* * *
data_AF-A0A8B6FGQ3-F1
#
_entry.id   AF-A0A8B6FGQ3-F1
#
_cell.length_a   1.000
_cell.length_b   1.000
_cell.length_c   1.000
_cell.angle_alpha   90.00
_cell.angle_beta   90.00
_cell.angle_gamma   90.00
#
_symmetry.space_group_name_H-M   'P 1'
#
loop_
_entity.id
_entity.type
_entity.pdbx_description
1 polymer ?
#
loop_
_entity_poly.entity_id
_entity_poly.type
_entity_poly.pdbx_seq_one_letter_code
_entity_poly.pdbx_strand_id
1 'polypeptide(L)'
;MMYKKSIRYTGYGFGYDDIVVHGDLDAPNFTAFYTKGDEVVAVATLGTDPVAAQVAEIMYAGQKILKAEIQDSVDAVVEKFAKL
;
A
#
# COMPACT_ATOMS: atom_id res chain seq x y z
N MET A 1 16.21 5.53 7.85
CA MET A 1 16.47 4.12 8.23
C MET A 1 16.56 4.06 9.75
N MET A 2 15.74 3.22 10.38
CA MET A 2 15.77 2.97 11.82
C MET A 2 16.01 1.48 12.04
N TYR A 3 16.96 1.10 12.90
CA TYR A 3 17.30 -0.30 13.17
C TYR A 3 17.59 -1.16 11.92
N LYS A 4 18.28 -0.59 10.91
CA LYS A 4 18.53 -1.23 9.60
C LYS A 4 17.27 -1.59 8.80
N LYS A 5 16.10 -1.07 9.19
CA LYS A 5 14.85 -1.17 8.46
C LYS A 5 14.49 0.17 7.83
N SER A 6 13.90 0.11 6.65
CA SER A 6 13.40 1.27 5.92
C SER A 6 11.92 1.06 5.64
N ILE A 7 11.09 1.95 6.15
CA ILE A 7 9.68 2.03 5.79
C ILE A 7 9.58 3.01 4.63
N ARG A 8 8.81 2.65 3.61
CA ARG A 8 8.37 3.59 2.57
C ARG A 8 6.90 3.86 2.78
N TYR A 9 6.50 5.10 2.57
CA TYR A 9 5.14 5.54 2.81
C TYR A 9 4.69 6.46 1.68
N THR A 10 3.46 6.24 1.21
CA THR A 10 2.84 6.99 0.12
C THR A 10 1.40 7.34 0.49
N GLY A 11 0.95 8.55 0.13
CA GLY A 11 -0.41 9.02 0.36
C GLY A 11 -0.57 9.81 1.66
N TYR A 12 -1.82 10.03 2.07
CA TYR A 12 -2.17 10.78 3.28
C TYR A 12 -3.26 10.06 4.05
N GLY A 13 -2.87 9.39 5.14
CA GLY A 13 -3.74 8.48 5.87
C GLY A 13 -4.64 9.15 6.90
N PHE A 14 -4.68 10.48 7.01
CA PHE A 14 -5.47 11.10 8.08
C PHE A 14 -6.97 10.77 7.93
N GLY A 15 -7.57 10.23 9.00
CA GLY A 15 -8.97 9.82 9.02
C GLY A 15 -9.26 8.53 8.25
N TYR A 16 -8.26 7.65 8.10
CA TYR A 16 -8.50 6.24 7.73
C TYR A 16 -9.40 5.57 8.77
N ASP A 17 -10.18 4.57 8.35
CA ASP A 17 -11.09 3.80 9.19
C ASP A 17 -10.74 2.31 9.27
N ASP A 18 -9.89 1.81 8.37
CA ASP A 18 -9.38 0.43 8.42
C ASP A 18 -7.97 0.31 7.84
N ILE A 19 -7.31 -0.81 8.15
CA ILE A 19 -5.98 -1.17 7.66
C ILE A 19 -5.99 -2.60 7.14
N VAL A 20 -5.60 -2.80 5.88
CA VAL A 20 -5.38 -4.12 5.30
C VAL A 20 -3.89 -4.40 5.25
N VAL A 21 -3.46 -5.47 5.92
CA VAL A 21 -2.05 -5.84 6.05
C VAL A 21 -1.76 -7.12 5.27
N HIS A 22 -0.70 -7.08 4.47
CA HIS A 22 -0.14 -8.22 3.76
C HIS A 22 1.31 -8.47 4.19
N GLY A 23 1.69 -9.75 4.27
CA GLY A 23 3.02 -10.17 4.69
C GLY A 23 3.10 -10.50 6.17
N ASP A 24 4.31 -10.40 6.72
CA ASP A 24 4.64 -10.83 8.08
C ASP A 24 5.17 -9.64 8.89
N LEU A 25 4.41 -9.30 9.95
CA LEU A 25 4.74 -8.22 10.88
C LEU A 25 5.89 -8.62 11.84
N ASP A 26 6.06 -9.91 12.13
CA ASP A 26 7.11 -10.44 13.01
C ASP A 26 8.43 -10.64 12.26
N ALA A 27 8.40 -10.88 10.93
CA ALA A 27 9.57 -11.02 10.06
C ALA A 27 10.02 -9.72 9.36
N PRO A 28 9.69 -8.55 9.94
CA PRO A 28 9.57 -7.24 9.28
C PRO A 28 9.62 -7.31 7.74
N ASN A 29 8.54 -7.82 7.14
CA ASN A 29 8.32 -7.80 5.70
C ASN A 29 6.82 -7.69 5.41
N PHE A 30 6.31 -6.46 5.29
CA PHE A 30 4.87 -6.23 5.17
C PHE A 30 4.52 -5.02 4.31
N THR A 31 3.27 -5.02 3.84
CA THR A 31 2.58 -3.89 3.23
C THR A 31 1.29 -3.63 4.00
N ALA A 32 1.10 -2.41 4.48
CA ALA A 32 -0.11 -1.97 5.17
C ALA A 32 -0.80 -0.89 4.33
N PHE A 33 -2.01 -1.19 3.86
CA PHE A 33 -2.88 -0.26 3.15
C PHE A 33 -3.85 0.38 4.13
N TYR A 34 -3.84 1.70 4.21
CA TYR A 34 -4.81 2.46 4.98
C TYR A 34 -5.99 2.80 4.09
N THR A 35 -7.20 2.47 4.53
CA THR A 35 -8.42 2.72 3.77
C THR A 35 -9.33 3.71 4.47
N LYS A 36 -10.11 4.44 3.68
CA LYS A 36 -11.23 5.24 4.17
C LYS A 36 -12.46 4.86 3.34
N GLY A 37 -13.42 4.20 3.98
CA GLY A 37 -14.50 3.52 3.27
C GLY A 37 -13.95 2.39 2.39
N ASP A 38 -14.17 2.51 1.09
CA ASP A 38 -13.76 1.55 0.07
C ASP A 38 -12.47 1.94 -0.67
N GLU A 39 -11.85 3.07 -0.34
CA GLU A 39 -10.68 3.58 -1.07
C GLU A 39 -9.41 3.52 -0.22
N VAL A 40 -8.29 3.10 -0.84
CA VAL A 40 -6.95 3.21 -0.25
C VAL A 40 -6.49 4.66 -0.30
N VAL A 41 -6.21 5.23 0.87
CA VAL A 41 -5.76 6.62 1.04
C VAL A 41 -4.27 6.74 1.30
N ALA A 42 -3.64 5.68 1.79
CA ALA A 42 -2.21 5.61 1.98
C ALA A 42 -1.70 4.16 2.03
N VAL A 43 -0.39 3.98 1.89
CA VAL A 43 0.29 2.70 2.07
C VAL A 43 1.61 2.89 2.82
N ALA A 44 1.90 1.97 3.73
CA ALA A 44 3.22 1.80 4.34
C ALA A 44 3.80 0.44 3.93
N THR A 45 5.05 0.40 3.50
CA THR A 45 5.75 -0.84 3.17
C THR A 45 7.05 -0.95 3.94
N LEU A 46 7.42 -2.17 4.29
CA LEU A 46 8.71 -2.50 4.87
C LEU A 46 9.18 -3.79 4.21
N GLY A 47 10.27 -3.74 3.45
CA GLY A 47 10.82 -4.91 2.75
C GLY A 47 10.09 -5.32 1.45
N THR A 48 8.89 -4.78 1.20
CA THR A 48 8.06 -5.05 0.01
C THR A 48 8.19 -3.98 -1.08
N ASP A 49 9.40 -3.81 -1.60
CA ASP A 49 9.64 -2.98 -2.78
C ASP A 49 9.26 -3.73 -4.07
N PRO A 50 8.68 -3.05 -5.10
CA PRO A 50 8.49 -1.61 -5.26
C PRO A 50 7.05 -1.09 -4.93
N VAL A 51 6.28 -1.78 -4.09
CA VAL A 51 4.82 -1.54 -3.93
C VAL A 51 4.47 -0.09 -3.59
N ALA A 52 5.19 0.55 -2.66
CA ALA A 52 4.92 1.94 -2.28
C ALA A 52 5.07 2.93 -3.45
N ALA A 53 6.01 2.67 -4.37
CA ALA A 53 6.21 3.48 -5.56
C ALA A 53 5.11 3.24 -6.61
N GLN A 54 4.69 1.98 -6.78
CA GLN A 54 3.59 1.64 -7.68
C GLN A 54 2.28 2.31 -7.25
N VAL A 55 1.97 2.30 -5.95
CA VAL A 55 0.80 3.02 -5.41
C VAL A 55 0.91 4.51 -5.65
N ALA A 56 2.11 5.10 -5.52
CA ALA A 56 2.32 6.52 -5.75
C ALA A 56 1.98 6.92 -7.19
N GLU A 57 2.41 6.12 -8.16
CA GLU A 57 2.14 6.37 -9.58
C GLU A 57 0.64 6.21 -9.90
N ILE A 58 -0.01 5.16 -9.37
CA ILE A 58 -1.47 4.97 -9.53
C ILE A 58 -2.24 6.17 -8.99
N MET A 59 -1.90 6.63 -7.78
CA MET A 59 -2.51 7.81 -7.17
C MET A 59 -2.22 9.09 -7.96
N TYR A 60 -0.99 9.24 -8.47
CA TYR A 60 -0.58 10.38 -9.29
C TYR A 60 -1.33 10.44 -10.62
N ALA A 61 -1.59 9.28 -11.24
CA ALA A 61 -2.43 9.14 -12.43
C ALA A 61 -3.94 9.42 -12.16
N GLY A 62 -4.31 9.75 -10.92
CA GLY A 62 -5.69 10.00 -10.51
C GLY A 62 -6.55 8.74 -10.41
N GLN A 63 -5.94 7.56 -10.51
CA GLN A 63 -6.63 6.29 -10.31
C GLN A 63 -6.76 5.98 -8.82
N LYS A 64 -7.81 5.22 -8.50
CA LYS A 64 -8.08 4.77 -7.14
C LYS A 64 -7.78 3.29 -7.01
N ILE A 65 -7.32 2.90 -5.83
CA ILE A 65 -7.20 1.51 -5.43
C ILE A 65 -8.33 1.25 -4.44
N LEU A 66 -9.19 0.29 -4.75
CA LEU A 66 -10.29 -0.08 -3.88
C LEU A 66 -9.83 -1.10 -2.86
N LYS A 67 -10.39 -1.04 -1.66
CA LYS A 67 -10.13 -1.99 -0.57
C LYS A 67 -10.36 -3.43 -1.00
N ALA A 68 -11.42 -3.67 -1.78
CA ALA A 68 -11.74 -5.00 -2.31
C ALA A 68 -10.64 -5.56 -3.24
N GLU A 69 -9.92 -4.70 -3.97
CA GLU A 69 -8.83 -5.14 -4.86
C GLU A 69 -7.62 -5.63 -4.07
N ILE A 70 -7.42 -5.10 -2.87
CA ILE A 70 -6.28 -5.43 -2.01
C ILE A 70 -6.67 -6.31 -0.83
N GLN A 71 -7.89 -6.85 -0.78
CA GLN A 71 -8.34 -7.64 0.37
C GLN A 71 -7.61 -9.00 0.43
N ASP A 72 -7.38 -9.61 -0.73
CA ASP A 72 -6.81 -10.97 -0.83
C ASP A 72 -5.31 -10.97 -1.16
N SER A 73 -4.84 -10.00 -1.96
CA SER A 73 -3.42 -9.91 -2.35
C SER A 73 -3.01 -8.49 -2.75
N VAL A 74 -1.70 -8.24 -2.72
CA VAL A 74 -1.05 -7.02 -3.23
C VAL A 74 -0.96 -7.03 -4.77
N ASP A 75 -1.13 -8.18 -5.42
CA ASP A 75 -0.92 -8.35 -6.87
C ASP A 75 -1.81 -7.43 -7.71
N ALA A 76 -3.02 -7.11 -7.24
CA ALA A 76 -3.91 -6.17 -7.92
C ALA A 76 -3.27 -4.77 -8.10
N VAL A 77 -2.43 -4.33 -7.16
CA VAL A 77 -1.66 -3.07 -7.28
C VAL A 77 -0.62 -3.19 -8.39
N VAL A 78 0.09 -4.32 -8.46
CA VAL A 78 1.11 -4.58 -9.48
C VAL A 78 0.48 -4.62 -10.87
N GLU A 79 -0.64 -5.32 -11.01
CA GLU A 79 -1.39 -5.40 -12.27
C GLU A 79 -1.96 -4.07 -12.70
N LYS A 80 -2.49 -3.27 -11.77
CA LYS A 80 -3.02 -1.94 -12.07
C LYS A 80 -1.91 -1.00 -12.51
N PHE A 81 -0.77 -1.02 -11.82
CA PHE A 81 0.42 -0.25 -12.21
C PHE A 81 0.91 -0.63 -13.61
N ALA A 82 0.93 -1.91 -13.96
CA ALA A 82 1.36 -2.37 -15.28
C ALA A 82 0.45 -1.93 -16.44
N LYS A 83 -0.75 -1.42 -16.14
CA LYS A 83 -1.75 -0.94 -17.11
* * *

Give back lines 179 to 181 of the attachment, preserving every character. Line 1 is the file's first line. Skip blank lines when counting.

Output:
CA PRO A 50 8.49 -1.61 -5.26
C PRO A 50 7.05 -1.09 -4.93
N VAL A 51 6.28 -1.78 -4.09